But I wasn't past the Russian red tape just yet. Before we arrived in Russia, we were handed lists of "acceptable behavior." There were also several formalities that were a bit time consuming and uncommon on other port calls. For one, the cruise line had to photocopy our passports to be delivered to the Russian authorities as we exited the ship for the first time. We were also warned that unless we were traveling ashore independently, our visas were only (great emphasis was placed on this) to be authorized upon exiting the ship for an organized tour.

Furthermore, many items are considered contraband and cannot be taken into the country, including military arms and ammunition, narcotics, and any printed, graphic or audiovisual materials "propagandizing war, fascism, religious hate and pornographic materials." Items prohibited from removal from Russia include military arms and ammunition; narcotics; annulled securities; art productions, icons or antique items older than 100 years; and materials containing information that can bring harm to state interests or human rights.

Okay, no stop at the gun shop, check. Now aware of the procedures, we were finally at the juncture every passenger had awaited: arrival in St. Petersburg.

When I had been planning my shore experiences, I had been very frustrated with Oceania's booking procedures as far as the Russian excursions were concerned. I could make choices, both through the personalized booklet I had been sent and also through the Web site. What I could not do, though, was see the time of each excursion. In most locations it doesn't matter, but there is so much in St. Petersburg -- and it's such an incredibly layered and nuanced experience -- that booking several excursions is the only way to see as much as possible in the time we have there. And I wanted to pack it all in.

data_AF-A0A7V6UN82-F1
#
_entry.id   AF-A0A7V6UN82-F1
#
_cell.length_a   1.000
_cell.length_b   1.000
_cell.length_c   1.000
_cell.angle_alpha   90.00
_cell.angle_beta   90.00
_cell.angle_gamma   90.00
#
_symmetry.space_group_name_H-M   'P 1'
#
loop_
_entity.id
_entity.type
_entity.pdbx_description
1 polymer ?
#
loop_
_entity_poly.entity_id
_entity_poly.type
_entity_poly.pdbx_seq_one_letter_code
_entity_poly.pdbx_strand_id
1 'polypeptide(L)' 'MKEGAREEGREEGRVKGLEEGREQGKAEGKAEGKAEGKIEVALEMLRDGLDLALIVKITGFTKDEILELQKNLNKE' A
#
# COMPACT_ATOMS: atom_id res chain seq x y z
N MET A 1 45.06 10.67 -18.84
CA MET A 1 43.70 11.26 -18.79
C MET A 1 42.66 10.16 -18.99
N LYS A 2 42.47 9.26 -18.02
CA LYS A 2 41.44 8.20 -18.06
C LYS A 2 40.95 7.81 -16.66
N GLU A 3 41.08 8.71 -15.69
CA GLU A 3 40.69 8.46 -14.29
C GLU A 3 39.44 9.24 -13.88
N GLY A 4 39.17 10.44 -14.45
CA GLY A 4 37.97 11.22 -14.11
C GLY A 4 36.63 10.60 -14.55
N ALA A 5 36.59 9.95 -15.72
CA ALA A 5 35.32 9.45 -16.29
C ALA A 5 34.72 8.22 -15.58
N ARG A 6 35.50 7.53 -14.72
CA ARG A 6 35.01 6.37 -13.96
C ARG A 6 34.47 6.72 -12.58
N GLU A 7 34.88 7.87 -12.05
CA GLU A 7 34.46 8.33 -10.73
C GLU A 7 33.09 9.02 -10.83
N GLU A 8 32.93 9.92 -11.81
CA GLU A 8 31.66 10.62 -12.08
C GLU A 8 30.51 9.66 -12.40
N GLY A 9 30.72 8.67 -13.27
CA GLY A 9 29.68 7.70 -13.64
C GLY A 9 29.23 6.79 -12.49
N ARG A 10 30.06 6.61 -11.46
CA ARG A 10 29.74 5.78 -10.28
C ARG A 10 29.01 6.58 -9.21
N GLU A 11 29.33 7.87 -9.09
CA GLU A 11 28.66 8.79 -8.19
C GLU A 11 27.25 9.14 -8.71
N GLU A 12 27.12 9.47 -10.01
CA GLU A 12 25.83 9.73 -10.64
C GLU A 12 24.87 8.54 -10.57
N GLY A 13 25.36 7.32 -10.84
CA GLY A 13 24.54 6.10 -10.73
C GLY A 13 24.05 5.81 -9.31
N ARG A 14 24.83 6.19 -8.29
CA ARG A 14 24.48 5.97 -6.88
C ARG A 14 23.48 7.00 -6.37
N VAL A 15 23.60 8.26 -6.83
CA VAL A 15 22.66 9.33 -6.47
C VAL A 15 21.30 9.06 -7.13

Because of this, I decided to wait until I got onboard to book, hoping that the excursions I wanted were still available -- a risky move to be sure. Others I spoke with said that they had called Oceania to get the times. I hadn't done that; it frankly had not occurred to me since I figured that if the head office had the times, they'd be posted or printed for the passengers. As it turned out, three of the excursions I wanted did, in fact, overlap. One of those turned out to be a blessing in disguise since it was universally reviled by those who took it (the Metro Tour and Shopping Excursion). I was encouraged to take the Canal Cruise and Shopping trip instead, and from what I have heard, I got the better end of the stick.